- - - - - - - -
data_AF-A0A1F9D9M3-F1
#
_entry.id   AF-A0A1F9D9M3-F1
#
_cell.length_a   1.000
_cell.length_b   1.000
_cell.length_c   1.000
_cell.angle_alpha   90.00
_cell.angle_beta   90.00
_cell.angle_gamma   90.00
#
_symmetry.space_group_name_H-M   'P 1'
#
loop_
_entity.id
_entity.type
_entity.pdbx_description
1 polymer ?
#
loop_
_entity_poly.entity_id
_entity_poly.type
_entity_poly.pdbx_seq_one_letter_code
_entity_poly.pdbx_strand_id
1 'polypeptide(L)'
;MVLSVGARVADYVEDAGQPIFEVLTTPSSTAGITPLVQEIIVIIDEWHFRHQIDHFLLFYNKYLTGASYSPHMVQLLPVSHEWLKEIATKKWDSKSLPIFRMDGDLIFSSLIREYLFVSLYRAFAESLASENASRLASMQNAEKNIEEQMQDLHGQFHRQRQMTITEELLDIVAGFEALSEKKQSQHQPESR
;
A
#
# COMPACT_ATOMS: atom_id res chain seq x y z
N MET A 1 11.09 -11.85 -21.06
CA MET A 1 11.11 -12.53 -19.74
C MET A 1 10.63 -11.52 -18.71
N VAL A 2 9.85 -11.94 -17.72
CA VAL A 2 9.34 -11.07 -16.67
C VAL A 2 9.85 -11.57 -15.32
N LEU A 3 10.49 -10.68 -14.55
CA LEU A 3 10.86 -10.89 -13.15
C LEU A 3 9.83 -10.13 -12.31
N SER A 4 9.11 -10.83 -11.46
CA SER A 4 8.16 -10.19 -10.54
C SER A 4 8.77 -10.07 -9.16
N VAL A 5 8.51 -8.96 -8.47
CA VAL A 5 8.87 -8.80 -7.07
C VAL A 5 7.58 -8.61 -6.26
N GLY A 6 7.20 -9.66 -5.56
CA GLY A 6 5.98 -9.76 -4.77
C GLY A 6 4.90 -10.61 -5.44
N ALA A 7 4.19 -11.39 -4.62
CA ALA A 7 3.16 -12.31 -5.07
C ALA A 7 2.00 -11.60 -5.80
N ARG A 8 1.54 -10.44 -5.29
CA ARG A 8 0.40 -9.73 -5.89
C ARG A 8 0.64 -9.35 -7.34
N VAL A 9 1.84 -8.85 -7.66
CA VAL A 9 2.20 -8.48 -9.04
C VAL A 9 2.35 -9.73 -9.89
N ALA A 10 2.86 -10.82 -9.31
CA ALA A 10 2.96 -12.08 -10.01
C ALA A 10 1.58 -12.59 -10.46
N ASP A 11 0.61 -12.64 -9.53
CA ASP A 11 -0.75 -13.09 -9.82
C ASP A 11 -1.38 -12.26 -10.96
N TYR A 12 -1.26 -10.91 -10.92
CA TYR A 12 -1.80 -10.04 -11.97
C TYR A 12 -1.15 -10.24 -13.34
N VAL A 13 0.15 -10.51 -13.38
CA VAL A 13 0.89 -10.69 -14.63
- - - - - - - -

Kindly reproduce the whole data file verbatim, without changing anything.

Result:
data_AF-A0A1F9D9M3-F1
#
_entry.id   AF-A0A1F9D9M3-F1
#
_cell.length_a   1.000
_cell.length_b   1.000
_cell.length_c   1.000
_cell.angle_alpha   90.00
_cell.angle_beta   90.00
_cell.angle_gamma   90.00
#
_symmetry.space_group_name_H-M   'P 1'
#
loop_
_entity.id
_entity.type
_entity.pdbx_description
1 polymer ?
#
loop_
_entity_poly.entity_id
_entity_poly.type
_entity_poly.pdbx_seq_one_letter_code
_entity_poly.pdbx_strand_id
1 'polypeptide(L)'
;MVLSVGARVADYVEDAGQPIFEVLTTPSSTAGITPLVQEIIVIIDEWHFRHQIDHFLLFYNKYLTGASYSPHMVQLLPVSHEWLKEIATKKWDSKSLPIFRMDGDLIFSSLIREYLFVSLYRAFAESLASENASRLASMQNAEKNIEEQMQDLHGQFHRQRQMTITEELLDIVAGFEALSEKKQSQHQPESR
;
A
#
# COMPACT_ATOMS: atom_id res chain seq x y z
N MET A 1 11.09 -11.85 -21.06
CA MET A 1 11.11 -12.53 -19.74
C MET A 1 10.63 -11.52 -18.71
N VAL A 2 9.85 -11.94 -17.72
CA VAL A 2 9.34 -11.07 -16.67
C VAL A 2 9.85 -11.57 -15.32
N LEU A 3 10.49 -10.68 -14.55
CA LEU A 3 10.86 -10.89 -13.15
C LEU A 3 9.83 -10.13 -12.31
N SER A 4 9.11 -10.83 -11.46
CA SER A 4 8.16 -10.19 -10.54
C SER A 4 8.77 -10.07 -9.16
N VAL A 5 8.51 -8.96 -8.47
CA VAL A 5 8.87 -8.80 -7.07
C VAL A 5 7.58 -8.61 -6.26
N GLY A 6 7.20 -9.66 -5.56
CA GLY A 6 5.98 -9.76 -4.77
C GLY A 6 4.90 -10.61 -5.44
N ALA A 7 4.19 -11.39 -4.62
CA ALA A 7 3.16 -12.31 -5.07
C ALA A 7 2.00 -11.60 -5.80
N ARG A 8 1.54 -10.44 -5.29
CA ARG A 8 0.40 -9.73 -5.89
C ARG A 8 0.64 -9.35 -7.34
N VAL A 9 1.84 -8.85 -7.66
CA VAL A 9 2.20 -8.48 -9.04
C VAL A 9 2.35 -9.73 -9.89
N ALA A 10 2.86 -10.82 -9.31
CA ALA A 10 2.96 -12.08 -10.01
C ALA A 10 1.58 -12.59 -10.46
N ASP A 11 0.61 -12.64 -9.53
CA ASP A 11 -0.75 -13.09 -9.82
C ASP A 11 -1.38 -12.26 -10.96
N TYR A 12 -1.26 -10.91 -10.92
CA TYR A 12 -1.80 -10.04 -11.97
C TYR A 12 -1.15 -10.24 -13.34
N VAL A 13 0.15 -10.51 -13.38
CA VAL A 13 0.89 -10.69 -14.63